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Prolonged breastfeeding reduces risk of breast cancer in Sri Lankan women: a case-control study.
Cancer Epidemiol 2010; 34(3):267-73CE

Abstract

GOAL

To assess the association between duration of breastfeeding and the risk of breast cancer in Sri Lankan women.

METHODS

We conducted a case-control study in women aged 30-64 years in selected health care facilities in the Western province. A total of 100 recent cases of breast cancer (histologically confirmed) and 203 controls (age and parity matched) were included. Detailed information regarding breastfeeding, menstruation, reproductive factors, passive smoking and other confounders was collected using a structured questionnaire. Adjusted odds ratios and 95% confidence intervals were calculated using multiple logistic regressions.

PRINCIPLE RESULTS

Multivariate analysis found that those women who breastfed for > or =24 months during lifetime had significantly lower risk of breast cancer than those who breastfed for less than 24 months (OR=0.40; 95%CI=0.22, 0.73). Compared to 0-11 months of lifetime breastfeeding, there was a 66.3% reduction in breast cancer risk in women who breastfed for 12-23 months, 87.4% reduction in 24-35 months and 94% reduction in 36-47 months categories. The mean duration of breastfeeding per child for > or =12 months was also associated with reduced risk of breast cancer (OR=0.52; 95%CI=0.28, 0.94). The significant factors associated with increased risk of breast cancer were: post-menopausal women (OR=1.74; 95%CI=1.01, 3.01); having an abortion in the past (OR=3.42; 95%CI=1.75, 6.66) and exposure to passive smoking (OR=2.96, 95%CI=1.53, 5.75).

MAJOR CONCLUSIONS

Prolonged breastfeeding significantly reduces the risk of breast cancer and this protective effect was supported by a dose-response relationship. Risk due to passive smoking should be emphasized in anti-smoking programmes.

Authors+Show Affiliations

Department of Community Medicine, Faculty of Medicine, University of Colombo, 25 Kynsey Road, Colombo, Sri Lanka.No affiliation info availableNo affiliation info availableNo affiliation info available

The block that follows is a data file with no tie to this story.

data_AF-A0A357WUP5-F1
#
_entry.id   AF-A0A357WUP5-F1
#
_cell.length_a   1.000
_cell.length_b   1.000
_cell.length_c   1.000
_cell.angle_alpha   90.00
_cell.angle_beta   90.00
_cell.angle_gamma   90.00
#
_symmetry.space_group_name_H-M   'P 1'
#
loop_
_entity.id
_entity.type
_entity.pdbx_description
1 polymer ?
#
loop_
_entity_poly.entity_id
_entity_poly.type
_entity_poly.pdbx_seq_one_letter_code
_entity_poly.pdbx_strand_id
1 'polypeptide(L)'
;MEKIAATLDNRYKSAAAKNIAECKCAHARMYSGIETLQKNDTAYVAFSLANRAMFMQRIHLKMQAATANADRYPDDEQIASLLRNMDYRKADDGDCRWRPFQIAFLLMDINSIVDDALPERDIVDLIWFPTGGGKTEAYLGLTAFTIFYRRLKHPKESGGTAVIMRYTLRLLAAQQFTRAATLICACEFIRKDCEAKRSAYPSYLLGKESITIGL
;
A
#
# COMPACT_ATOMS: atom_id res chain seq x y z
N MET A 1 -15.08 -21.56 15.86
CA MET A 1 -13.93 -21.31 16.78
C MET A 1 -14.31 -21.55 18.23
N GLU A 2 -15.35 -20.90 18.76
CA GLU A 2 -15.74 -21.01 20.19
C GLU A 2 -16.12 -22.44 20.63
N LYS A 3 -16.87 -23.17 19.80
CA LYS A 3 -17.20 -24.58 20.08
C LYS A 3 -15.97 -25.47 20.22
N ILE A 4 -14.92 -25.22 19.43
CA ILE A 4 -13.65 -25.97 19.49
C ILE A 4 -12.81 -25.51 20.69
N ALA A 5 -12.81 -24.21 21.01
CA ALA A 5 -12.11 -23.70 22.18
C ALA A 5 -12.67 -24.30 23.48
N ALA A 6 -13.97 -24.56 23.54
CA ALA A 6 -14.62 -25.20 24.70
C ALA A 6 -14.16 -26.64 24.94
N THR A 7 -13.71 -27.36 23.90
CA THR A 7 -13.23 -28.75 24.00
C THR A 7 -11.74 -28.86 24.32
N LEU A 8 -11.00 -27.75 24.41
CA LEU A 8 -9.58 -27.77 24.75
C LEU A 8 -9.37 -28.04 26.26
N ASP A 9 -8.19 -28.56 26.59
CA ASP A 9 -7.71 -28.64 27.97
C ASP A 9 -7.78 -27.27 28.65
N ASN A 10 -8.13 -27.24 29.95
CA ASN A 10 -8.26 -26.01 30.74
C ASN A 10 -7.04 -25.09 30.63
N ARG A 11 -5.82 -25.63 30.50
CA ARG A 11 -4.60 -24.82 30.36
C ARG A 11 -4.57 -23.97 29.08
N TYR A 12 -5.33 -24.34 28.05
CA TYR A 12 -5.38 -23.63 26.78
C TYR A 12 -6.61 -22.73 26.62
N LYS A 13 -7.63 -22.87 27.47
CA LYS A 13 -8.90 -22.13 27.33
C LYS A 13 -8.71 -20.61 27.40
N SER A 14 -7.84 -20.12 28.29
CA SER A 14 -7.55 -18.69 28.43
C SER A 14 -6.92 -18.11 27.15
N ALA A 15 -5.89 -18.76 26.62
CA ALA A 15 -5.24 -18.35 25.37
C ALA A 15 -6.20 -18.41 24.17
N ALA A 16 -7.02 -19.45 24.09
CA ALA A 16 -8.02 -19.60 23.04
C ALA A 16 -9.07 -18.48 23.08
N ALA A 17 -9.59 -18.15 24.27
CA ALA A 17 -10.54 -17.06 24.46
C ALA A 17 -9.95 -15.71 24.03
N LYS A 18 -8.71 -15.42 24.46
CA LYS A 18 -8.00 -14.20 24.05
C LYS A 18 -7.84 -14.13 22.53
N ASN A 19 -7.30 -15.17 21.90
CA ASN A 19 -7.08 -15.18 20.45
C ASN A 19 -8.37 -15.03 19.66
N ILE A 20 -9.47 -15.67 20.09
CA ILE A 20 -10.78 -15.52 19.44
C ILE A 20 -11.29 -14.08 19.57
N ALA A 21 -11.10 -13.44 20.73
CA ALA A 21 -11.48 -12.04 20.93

Pub Type(s)

Journal Article
Research Support, Non-U.S. Gov't

Language

eng

PubMed ID

20338838

Citation

De Silva, Malintha, et al. "Prolonged Breastfeeding Reduces Risk of Breast Cancer in Sri Lankan Women: a Case-control Study." Cancer Epidemiology, vol. 34, no. 3, 2010, pp. 267-73.
De Silva M, Senarath U, Gunatilake M, et al. Prolonged breastfeeding reduces risk of breast cancer in Sri Lankan women: a case-control study. Cancer Epidemiol. 2010;34(3):267-73.
De Silva, M., Senarath, U., Gunatilake, M., & Lokuhetty, D. (2010). Prolonged breastfeeding reduces risk of breast cancer in Sri Lankan women: a case-control study. Cancer Epidemiology, 34(3), pp. 267-73. doi:10.1016/j.canep.2010.02.012.
De Silva M, et al. Prolonged Breastfeeding Reduces Risk of Breast Cancer in Sri Lankan Women: a Case-control Study. Cancer Epidemiol. 2010;34(3):267-73. PubMed PMID: 20338838.
* Article titles in AMA citation format should be in sentence-case
TY - JOUR T1 - Prolonged breastfeeding reduces risk of breast cancer in Sri Lankan women: a case-control study. AU - De Silva,Malintha, AU - Senarath,Upul, AU - Gunatilake,Mangala, AU - Lokuhetty,Dilani, Y1 - 2010/03/24/ PY - 2009/11/08/received PY - 2010/02/24/revised PY - 2010/02/26/accepted PY - 2010/3/27/entrez PY - 2010/3/27/pubmed PY - 2010/8/5/medline SP - 267 EP - 73 JF - Cancer epidemiology JO - Cancer Epidemiol VL - 34 IS - 3 N2 - GOAL: To assess the association between duration of breastfeeding and the risk of breast cancer in Sri Lankan women. METHODS: We conducted a case-control study in women aged 30-64 years in selected health care facilities in the Western province. A total of 100 recent cases of breast cancer (histologically confirmed) and 203 controls (age and parity matched) were included. Detailed information regarding breastfeeding, menstruation, reproductive factors, passive smoking and other confounders was collected using a structured questionnaire. Adjusted odds ratios and 95% confidence intervals were calculated using multiple logistic regressions. PRINCIPLE RESULTS: Multivariate analysis found that those women who breastfed for > or =24 months during lifetime had significantly lower risk of breast cancer than those who breastfed for less than 24 months (OR=0.40; 95%CI=0.22, 0.73). Compared to 0-11 months of lifetime breastfeeding, there was a 66.3% reduction in breast cancer risk in women who breastfed for 12-23 months, 87.4% reduction in 24-35 months and 94% reduction in 36-47 months categories. The mean duration of breastfeeding per child for > or =12 months was also associated with reduced risk of breast cancer (OR=0.52; 95%CI=0.28, 0.94). The significant factors associated with increased risk of breast cancer were: post-menopausal women (OR=1.74; 95%CI=1.01, 3.01); having an abortion in the past (OR=3.42; 95%CI=1.75, 6.66) and exposure to passive smoking (OR=2.96, 95%CI=1.53, 5.75). MAJOR CONCLUSIONS: Prolonged breastfeeding significantly reduces the risk of breast cancer and this protective effect was supported by a dose-response relationship. Risk due to passive smoking should be emphasized in anti-smoking programmes. SN - 1877-783X UR - https://www.unboundmedicine.com/medline/citation/20338838/Prolonged_breastfeeding_reduces_risk_of_breast_cancer_in_Sri_Lankan_women:_a_case_control_study_ L2 - https://linkinghub.elsevier.com/retrieve/pii/S1877-7821(10)00031-7 DB - PRIME DP - Unbound Medicine ER -